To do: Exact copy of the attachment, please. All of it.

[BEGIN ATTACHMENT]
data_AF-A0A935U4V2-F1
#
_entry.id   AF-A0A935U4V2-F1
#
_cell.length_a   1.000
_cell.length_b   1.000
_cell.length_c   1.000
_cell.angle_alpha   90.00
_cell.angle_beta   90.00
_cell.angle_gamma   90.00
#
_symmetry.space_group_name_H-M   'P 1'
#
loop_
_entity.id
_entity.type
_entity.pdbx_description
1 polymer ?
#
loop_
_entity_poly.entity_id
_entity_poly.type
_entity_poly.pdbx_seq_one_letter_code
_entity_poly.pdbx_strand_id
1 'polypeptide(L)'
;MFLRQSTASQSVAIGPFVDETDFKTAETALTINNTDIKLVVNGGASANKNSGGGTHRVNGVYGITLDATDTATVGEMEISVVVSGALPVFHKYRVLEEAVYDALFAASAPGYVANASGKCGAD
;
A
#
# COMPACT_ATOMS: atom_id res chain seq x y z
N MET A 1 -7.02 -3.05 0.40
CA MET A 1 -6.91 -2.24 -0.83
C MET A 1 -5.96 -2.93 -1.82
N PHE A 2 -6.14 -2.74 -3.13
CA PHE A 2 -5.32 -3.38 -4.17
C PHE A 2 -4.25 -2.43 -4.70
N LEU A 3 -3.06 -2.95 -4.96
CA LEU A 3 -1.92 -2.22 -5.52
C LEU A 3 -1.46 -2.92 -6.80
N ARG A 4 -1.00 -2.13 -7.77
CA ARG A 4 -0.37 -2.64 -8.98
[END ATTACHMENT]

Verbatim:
data_AF-A0A935U4V2-F1
#
_entry.id   AF-A0A935U4V2-F1
#
_cell.length_a   1.000
_cell.length_b   1.000
_cell.length_c   1.000
_cell.angle_alpha   90.00
_cell.angle_beta   90.00
_cell.angle_gamma   90.00
#
_symmetry.space_group_name_H-M   'P 1'
#
loop_
_entity.id
_entity.type
_entity.pdbx_description
1 polymer ?
#
loop_
_entity_poly.entity_id
_entity_poly.type
_entity_poly.pdbx_seq_one_letter_code
_entity_poly.pdbx_strand_id
1 'polypeptide(L)'
;MFLRQSTASQSVAIGPFVDETDFKTAETALTINNTDIKLVVNGGASANKNSGGGTHRVNGVYGITLDATDTATVGEMEISVVVSGALPVFHKYRVLEEAVYDALFAASAPGYVANASGKCGAD
;
A
#
# COMPACT_ATOMS: atom_id res chain seq x y z
N MET A 1 -7.02 -3.05 0.40
CA MET A 1 -6.91 -2.24 -0.83
C MET A 1 -5.96 -2.93 -1.82
N PHE A 2 -6.14 -2.74 -3.13
CA PHE A 2 -5.32 -3.38 -4.17
C PHE A 2 -4.25 -2.43 -4.70
N LEU A 3 -3.06 -2.95 -4.96
CA LEU A 3 -1.92 -2.22 -5.52
C LEU A 3 -1.46 -2.92 -6.80
N ARG A 4 -1.00 -2.13 -7.77
CA ARG A 4 -0.37 -2.64 -8.98